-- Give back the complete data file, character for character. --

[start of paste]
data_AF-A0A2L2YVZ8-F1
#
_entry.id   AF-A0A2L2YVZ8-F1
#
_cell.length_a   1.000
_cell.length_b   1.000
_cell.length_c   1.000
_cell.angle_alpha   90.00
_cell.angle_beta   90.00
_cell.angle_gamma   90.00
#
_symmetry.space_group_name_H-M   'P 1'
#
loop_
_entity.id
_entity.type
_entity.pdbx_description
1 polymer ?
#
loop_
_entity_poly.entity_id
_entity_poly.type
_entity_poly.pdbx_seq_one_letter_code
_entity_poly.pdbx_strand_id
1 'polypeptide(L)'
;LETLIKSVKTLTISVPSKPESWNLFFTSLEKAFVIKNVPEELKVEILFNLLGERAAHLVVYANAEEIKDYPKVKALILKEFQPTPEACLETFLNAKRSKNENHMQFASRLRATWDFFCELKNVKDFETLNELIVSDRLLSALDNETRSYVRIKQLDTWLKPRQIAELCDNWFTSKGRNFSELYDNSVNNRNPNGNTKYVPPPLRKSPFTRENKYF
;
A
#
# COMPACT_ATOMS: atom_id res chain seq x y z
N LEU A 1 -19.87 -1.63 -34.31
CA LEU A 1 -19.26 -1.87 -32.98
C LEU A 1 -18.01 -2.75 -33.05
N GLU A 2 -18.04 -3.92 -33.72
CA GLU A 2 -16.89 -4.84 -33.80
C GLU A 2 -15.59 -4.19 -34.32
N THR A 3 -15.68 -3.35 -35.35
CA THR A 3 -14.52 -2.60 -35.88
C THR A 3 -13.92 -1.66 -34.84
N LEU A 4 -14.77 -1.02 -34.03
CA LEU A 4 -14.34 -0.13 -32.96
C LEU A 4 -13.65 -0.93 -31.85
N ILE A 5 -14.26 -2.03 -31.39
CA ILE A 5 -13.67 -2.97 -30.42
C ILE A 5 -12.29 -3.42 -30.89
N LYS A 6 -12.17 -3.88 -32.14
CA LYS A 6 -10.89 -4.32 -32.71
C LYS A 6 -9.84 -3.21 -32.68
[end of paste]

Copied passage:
data_AF-A0A2L2YVZ8-F1
#
_entry.id   AF-A0A2L2YVZ8-F1
#
_cell.length_a   1.000
_cell.length_b   1.000
_cell.length_c   1.000
_cell.angle_alpha   90.00
_cell.angle_beta   90.00
_cell.angle_gamma   90.00
#
_symmetry.space_group_name_H-M   'P 1'
#
loop_
_entity.id
_entity.type
_entity.pdbx_description
1 polymer ?
#
loop_
_entity_poly.entity_id
_entity_poly.type
_entity_poly.pdbx_seq_one_letter_code
_entity_poly.pdbx_strand_id
1 'polypeptide(L)'
;LETLIKSVKTLTISVPSKPESWNLFFTSLEKAFVIKNVPEELKVEILFNLLGERAAHLVVYANAEEIKDYPKVKALILKEFQPTPEACLETFLNAKRSKNENHMQFASRLRATWDFFCELKNVKDFETLNELIVSDRLLSALDNETRSYVRIKQLDTWLKPRQIAELCDNWFTSKGRNFSELYDNSVNNRNPNGNTKYVPPPLRKSPFTRENKYF
;
A
#
# COMPACT_ATOMS: atom_id res chain seq x y z
N LEU A 1 -19.87 -1.63 -34.31
CA LEU A 1 -19.26 -1.87 -32.98
C LEU A 1 -18.01 -2.75 -33.05
N GLU A 2 -18.04 -3.92 -33.72
CA GLU A 2 -16.89 -4.84 -33.80
C GLU A 2 -15.59 -4.19 -34.32
N THR A 3 -15.68 -3.35 -35.35
CA THR A 3 -14.52 -2.60 -35.88
C THR A 3 -13.92 -1.66 -34.84
N LEU A 4 -14.77 -1.02 -34.03
CA LEU A 4 -14.34 -0.13 -32.96
C LEU A 4 -13.65 -0.93 -31.85
N ILE A 5 -14.26 -2.03 -31.39
CA ILE A 5 -13.67 -2.97 -30.42
C ILE A 5 -12.29 -3.42 -30.89
N LYS A 6 -12.17 -3.88 -32.14
CA LYS A 6 -10.89 -4.32 -32.71
C LYS A 6 -9.84 -3.21 -32.68